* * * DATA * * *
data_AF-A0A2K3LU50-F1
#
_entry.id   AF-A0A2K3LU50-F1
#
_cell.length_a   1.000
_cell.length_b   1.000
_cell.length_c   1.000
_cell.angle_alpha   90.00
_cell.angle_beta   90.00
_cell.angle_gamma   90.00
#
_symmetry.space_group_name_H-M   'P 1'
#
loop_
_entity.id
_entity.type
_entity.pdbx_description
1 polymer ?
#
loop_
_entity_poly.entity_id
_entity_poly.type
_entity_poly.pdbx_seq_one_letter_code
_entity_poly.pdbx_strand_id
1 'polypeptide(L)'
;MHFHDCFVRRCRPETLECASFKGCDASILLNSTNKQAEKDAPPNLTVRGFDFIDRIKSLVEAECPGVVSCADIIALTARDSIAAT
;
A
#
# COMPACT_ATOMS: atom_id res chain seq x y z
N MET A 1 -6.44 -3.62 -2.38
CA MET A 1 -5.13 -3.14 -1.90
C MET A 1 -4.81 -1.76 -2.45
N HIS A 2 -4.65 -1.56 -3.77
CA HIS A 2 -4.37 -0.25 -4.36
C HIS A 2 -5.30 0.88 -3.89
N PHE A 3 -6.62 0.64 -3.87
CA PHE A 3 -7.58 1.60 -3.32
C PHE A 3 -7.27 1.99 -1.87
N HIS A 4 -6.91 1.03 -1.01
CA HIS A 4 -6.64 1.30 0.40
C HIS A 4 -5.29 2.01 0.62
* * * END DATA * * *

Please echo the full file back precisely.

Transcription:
data_AF-A0A2K3LU50-F1
#
_entry.id   AF-A0A2K3LU50-F1
#
_cell.length_a   1.000
_cell.length_b   1.000
_cell.length_c   1.000
_cell.angle_alpha   90.00
_cell.angle_beta   90.00
_cell.angle_gamma   90.00
#
_symmetry.space_group_name_H-M   'P 1'
#
loop_
_entity.id
_entity.type
_entity.pdbx_description
1 polymer ?
#
loop_
_entity_poly.entity_id
_entity_poly.type
_entity_poly.pdbx_seq_one_letter_code
_entity_poly.pdbx_strand_id
1 'polypeptide(L)'
;MHFHDCFVRRCRPETLECASFKGCDASILLNSTNKQAEKDAPPNLTVRGFDFIDRIKSLVEAECPGVVSCADIIALTARDSIAAT
;
A
#
# COMPACT_ATOMS: atom_id res chain seq x y z
N MET A 1 -6.44 -3.62 -2.38
CA MET A 1 -5.13 -3.14 -1.90
C MET A 1 -4.81 -1.76 -2.45
N HIS A 2 -4.65 -1.56 -3.77
CA HIS A 2 -4.37 -0.25 -4.36
C HIS A 2 -5.30 0.88 -3.89
N PHE A 3 -6.62 0.64 -3.87
CA PHE A 3 -7.58 1.60 -3.32
C PHE A 3 -7.27 1.99 -1.87
N HIS A 4 -6.91 1.03 -1.01
CA HIS A 4 -6.64 1.30 0.40
C HIS A 4 -5.29 2.01 0.62